The Weight of a Long-Term Relationship and Upstream Color
Shane Carruth's Upstream Color is nothing short of a masterpiece. It's a dense film with a lot to talk about. Instead of unpacking the whole film, let's get into one sequence and see how it comments on long-term relationships.
There's a lot in this barely three minute clip, so I'm just going to get into it.
Throughout the sequence, Jeff and Kris (Shane Carruth and Amy Seimetz, respectively) are having the same conversation over and over again. At first it starts off as something playful but towards the ends of the sequence, Jeff and Kris seem like they're at each other's throats.
We also see a lot of close-ups of their hands and their intimate moments. These moments showcase Carruth's visual language. There is a tactile nature to these scenes and Carruth emphasizes this with his close-ups. Visually, we can see how close Kris and Jeff have become throughout the sequence.
Aside from the close-ups, Carruth's rapid editing also signifies the passing of time. By cross-cutting back and forth, it gives the audience the idea that each scene is taking place during a different time in their relationship. The rapid nature of the cuts also add to the tension that builds within the sequence of scenes.
Putting both of these things together gives us an idea of where the sequence is going to end before it actually ends.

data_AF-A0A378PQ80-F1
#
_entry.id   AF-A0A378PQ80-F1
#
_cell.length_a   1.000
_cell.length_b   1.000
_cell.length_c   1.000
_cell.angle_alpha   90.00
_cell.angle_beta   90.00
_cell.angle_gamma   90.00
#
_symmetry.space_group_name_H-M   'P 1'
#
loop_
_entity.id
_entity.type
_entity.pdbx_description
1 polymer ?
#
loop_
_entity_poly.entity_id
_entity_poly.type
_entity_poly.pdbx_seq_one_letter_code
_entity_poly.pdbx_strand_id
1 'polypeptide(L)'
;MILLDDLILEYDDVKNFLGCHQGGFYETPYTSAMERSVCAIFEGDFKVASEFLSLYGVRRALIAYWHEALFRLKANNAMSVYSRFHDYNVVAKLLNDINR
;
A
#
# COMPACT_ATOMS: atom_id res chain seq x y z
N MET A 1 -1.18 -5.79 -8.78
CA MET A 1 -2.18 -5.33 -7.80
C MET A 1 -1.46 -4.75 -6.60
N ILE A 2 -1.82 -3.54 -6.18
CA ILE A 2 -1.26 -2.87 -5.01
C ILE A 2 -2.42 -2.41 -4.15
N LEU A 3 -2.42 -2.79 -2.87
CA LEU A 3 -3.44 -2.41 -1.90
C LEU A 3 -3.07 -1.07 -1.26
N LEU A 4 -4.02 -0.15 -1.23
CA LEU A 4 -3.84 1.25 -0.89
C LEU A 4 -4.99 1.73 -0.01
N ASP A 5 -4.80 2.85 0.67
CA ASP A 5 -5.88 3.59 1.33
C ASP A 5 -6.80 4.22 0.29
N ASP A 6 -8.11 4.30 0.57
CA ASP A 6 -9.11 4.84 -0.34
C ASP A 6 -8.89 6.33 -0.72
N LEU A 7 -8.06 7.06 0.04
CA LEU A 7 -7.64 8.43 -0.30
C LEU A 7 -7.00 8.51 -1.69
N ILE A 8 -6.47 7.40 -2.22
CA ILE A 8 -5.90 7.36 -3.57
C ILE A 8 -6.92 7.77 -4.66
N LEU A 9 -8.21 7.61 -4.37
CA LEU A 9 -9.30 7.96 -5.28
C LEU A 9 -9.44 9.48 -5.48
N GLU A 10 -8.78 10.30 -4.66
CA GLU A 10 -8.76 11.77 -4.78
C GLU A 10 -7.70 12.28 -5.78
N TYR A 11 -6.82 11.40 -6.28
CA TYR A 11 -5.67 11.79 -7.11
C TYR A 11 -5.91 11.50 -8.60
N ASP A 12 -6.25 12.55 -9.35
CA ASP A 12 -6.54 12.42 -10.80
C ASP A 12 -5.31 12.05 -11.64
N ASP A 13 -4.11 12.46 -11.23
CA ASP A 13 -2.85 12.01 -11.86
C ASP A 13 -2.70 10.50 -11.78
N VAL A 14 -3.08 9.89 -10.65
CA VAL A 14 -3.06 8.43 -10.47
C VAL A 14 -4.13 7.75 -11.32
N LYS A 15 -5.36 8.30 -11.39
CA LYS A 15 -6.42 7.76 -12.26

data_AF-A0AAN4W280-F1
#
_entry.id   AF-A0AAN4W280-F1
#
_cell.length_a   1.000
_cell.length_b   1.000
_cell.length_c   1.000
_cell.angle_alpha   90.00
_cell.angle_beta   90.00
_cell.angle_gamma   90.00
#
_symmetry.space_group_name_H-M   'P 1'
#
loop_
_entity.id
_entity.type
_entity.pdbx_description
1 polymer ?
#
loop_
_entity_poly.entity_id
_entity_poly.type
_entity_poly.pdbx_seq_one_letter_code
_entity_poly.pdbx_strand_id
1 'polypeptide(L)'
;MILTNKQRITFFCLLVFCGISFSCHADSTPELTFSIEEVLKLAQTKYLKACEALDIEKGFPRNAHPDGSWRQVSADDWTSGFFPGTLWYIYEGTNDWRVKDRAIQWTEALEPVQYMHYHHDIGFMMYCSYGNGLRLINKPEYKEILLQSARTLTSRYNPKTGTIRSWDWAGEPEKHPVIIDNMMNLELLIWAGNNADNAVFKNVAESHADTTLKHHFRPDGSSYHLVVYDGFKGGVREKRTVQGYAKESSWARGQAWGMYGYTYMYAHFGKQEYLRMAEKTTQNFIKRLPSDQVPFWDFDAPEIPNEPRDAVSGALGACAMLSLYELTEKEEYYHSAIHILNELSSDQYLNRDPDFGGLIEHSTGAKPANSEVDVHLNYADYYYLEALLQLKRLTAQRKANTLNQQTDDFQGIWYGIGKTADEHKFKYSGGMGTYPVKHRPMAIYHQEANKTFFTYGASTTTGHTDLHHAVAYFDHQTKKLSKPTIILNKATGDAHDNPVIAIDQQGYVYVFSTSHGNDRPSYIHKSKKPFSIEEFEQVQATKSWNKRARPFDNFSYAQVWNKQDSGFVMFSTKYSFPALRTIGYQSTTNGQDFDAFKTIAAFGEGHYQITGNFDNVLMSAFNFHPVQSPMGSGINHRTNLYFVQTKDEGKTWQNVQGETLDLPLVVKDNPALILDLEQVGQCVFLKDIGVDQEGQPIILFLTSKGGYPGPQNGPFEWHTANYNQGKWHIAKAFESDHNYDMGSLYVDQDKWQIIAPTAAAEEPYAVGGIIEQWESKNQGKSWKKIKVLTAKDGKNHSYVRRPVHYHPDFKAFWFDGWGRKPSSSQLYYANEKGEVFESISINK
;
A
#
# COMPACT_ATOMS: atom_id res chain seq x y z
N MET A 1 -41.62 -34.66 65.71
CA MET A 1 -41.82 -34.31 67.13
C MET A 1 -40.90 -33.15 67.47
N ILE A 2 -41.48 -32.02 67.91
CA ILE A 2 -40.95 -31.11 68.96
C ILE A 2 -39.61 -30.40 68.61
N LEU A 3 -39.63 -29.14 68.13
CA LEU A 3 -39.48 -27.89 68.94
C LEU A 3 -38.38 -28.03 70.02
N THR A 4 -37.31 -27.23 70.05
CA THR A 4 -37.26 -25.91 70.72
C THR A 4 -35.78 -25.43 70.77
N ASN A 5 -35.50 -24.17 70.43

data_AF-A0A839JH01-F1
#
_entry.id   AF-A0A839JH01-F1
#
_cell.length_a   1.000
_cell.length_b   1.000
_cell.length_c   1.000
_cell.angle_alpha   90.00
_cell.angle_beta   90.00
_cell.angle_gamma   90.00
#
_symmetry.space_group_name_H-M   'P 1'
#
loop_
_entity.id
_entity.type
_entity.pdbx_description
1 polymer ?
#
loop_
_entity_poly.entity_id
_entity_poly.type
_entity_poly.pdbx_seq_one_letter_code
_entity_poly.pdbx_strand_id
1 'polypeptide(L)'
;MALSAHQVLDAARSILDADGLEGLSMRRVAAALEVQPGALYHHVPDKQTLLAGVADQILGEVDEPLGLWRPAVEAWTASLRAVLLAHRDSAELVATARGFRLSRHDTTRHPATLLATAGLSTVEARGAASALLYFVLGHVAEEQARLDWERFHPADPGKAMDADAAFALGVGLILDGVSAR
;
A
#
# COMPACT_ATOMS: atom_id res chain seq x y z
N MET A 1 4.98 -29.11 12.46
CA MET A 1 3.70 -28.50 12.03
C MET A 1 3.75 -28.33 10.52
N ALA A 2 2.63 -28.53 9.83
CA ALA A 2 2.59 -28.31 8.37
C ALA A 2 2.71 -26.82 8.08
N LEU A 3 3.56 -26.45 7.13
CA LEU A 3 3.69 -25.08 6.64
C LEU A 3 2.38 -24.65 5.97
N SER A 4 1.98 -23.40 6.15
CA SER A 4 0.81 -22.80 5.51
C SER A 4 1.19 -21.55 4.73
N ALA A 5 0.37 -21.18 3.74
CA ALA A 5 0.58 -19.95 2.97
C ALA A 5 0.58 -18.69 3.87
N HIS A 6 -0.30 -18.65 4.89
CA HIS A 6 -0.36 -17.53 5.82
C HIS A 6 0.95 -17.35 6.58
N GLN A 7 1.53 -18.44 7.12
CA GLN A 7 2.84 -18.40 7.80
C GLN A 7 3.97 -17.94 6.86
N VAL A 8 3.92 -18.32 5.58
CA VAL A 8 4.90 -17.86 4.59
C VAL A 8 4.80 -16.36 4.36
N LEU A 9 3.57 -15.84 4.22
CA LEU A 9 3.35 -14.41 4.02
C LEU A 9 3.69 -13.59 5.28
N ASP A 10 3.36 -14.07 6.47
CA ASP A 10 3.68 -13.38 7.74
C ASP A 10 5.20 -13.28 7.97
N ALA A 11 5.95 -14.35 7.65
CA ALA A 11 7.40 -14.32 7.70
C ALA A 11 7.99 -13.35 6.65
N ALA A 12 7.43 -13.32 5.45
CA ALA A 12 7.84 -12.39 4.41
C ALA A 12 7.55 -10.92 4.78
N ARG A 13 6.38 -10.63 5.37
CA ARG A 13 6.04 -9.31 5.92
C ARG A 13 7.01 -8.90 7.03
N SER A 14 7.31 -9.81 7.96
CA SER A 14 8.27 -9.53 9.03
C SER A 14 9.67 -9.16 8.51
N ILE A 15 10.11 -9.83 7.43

But what does all of this together mean?
It's commentary on long-term relationships as a whole. The main argument the two characters have are about the stories they tell each other. After a while, each of their stories start bleeding into each other (there's a perfectly good science fiction explanation for this in the whole film but we're just dissecting this sequence).
And doesn't that happen after dating someone for more than six months? Think about your relationship/last relationship. The beginning -- sometimes called the honeymoon period -- you're constantly sharing stories about you and your life. You describe the way you've grown into the person you've become. You talk about the things you've done on your own.
But after a while, that disappears. Your life becomes the life you have with your significant other. Your stories become the same. You take turns telling the same jokes at parties. You, essentially, become one being in the same way Jeff and Kris did in this sequence.